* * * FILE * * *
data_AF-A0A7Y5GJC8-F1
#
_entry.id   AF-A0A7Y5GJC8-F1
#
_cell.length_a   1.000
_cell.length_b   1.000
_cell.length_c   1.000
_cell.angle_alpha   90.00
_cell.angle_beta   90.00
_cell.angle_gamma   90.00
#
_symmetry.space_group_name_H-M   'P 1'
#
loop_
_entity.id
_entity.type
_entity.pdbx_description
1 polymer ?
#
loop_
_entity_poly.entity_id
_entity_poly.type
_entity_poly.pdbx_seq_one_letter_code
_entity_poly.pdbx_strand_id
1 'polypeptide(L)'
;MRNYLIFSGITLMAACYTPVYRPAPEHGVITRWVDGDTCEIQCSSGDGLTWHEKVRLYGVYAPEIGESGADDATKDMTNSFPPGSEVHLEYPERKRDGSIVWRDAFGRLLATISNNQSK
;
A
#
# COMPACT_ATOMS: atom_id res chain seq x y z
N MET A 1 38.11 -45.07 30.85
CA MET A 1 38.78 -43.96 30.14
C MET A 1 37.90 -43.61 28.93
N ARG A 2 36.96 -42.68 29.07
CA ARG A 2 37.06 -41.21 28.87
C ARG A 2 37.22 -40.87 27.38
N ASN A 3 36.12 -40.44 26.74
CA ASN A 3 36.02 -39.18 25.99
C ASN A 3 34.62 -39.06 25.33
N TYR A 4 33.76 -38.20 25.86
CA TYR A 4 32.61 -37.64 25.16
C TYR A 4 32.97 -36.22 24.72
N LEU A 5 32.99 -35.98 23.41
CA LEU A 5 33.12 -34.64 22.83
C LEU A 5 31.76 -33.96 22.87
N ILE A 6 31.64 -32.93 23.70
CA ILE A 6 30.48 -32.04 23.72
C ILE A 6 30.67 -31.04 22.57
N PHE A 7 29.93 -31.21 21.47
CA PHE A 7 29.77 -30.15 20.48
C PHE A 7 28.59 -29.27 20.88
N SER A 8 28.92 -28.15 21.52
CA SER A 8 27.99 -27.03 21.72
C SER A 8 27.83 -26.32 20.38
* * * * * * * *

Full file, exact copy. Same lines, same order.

data_AF-A0A7Y5GJC8-F1
#
_entry.id   AF-A0A7Y5GJC8-F1
#
_cell.length_a   1.000
_cell.length_b   1.000
_cell.length_c   1.000
_cell.angle_alpha   90.00
_cell.angle_beta   90.00
_cell.angle_gamma   90.00
#
_symmetry.space_group_name_H-M   'P 1'
#
loop_
_entity.id
_entity.type
_entity.pdbx_description
1 polymer ?
#
loop_
_entity_poly.entity_id
_entity_poly.type
_entity_poly.pdbx_seq_one_letter_code
_entity_poly.pdbx_strand_id
1 'polypeptide(L)'
;MRNYLIFSGITLMAACYTPVYRPAPEHGVITRWVDGDTCEIQCSSGDGLTWHEKVRLYGVYAPEIGESGADDATKDMTNSFPPGSEVHLEYPERKRDGSIVWRDAFGRLLATISNNQSK
;
A
#
# COMPACT_ATOMS: atom_id res chain seq x y z
N MET A 1 38.11 -45.07 30.85
CA MET A 1 38.78 -43.96 30.14
C MET A 1 37.90 -43.61 28.93
N ARG A 2 36.96 -42.68 29.07
CA ARG A 2 37.06 -41.21 28.87
C ARG A 2 37.22 -40.87 27.38
N ASN A 3 36.12 -40.44 26.74
CA ASN A 3 36.02 -39.18 25.99
C ASN A 3 34.62 -39.06 25.33
N TYR A 4 33.76 -38.20 25.86
CA TYR A 4 32.61 -37.64 25.16
C TYR A 4 32.97 -36.22 24.72
N LEU A 5 32.99 -35.98 23.41
CA LEU A 5 33.12 -34.64 22.83
C LEU A 5 31.76 -33.96 22.87
N ILE A 6 31.64 -32.93 23.70
CA ILE A 6 30.48 -32.04 23.72
C ILE A 6 30.67 -31.04 22.57
N PHE A 7 29.93 -31.21 21.47
CA PHE A 7 29.77 -30.15 20.48
C PHE A 7 28.59 -29.27 20.88
N SER A 8 28.92 -28.15 21.52
CA SER A 8 27.99 -27.03 21.72
C SER A 8 27.83 -26.32 20.38